The present embodiments herein are not intended to be exhaustive and to limit in any way the scope of the invention, rather, they serve as examples for the explanation of the invention and for enabling other skilled in the art to utilize its teaching.
The present invention provides effective means for overcoming the following three main sources of errors that eliminated the use of capacitive rain sensors with electrodes from the inside of the window, according to prior art:
1. Window temperature variations.
2. Moisture condensation on the internal surface of the window.
3. Human body or articles adjacent to the sensor.
The present invention is based on reading the differential current between two capacitors deposited on the windshield. The capacitors are referred to as sensing and compensation capacitors respectively, and are preferably printed and fused into the glass in accordance with prior art technologies of windshield manufacturing.
The advantages of differential moisture capacitive sensors are detailed in U.S. Pat. No. 5,751,071 and in U.S. Pat. No. 5,801,307, both to Netzer, the teachings of which are incorporated here by reference.
In the following description the following terms: plates, electrodes and pattern are interchangeably used.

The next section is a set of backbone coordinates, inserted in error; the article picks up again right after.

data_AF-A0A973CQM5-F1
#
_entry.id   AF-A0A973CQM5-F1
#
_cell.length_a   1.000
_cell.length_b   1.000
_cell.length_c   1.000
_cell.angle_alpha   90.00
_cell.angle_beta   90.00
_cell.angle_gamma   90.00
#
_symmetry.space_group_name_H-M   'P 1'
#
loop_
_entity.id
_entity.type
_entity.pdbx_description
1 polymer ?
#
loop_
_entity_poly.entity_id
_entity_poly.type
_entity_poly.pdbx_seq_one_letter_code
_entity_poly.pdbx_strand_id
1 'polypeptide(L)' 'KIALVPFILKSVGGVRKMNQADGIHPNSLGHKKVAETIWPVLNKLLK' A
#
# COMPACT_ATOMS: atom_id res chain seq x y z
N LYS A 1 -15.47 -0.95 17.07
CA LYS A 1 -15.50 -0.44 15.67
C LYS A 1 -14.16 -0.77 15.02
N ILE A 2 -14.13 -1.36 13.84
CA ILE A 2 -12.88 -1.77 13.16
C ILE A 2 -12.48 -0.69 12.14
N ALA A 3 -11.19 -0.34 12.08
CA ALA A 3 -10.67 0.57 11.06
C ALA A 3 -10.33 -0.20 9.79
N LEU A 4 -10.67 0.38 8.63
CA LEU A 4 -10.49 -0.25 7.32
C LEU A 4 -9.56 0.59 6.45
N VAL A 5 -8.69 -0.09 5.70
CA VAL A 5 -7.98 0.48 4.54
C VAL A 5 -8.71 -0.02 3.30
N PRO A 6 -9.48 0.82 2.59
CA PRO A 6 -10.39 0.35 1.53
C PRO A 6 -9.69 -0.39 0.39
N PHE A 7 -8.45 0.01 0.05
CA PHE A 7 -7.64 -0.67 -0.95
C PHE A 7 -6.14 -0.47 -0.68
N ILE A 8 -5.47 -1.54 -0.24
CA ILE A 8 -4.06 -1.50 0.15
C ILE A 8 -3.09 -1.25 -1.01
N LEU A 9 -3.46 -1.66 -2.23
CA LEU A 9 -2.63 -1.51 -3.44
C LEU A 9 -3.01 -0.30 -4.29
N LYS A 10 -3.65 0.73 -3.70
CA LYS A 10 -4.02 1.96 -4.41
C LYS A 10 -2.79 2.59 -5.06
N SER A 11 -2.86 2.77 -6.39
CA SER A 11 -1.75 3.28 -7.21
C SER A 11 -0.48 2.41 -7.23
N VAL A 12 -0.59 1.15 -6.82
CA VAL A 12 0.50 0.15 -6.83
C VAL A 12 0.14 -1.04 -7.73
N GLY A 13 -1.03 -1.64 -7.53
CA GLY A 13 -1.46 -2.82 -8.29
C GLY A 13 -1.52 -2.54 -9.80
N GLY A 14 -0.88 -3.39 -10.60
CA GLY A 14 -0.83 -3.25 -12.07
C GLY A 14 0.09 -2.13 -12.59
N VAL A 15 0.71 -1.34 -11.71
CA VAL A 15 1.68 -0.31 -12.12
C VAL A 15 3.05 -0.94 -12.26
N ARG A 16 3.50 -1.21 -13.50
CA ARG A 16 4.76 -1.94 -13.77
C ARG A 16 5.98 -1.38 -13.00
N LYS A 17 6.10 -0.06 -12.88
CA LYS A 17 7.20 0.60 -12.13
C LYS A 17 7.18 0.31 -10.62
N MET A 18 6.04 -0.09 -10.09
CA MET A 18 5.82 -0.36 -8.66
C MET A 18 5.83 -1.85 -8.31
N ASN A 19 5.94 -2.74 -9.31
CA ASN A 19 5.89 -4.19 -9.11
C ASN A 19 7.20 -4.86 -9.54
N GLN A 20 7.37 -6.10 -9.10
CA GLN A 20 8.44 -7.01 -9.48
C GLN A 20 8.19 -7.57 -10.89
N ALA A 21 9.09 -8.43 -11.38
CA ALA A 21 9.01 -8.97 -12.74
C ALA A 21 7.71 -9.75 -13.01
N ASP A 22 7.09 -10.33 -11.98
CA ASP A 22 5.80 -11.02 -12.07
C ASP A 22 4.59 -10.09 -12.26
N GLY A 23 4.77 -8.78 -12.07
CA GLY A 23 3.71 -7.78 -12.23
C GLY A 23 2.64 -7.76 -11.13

FIG. 1 illustrates a typical pattern of the capacitive plates of a rain sensor according to a first embodiment 10 of the invention. FIG. 2A is a schematic sectional view of embodiment 10 in FIG. 1 which includes the input stage of the processing electronics. The electrodes are printed on the internal surface 18 of the window 17, and define two capacitors: namely a sensing capacitor Cs, between the signal plate 12 and the excitation plate 11, and a compensation capacitor Cc between the compensation plate 13 and the signal plate 12.
Excitation plate 11 and compensation plate 13 are excited with two alternating voltages of opposite polarity, 22 and 22′, at a typical frequency of 20 kHz. The excitation voltages results in two alternating currents proportional to the respective capacitances and the input current to charge amplifier 16 is indicative of the difference between Cs and Cc which, as will be explained below, is proportional to the moisture on the outside surface 19 of window 17. Charge amplifier 16 converts this differential current into a corresponding alternating voltage Vo.
The electrodes 11, 12 and 13 are protected by a grounded electrically conductive shielded 15 against both deposited moisture on the inside surface of the window and capacitive influences due to objects in the vicinity such as a passenger's hand 20, as illustrated in FIG. 2B.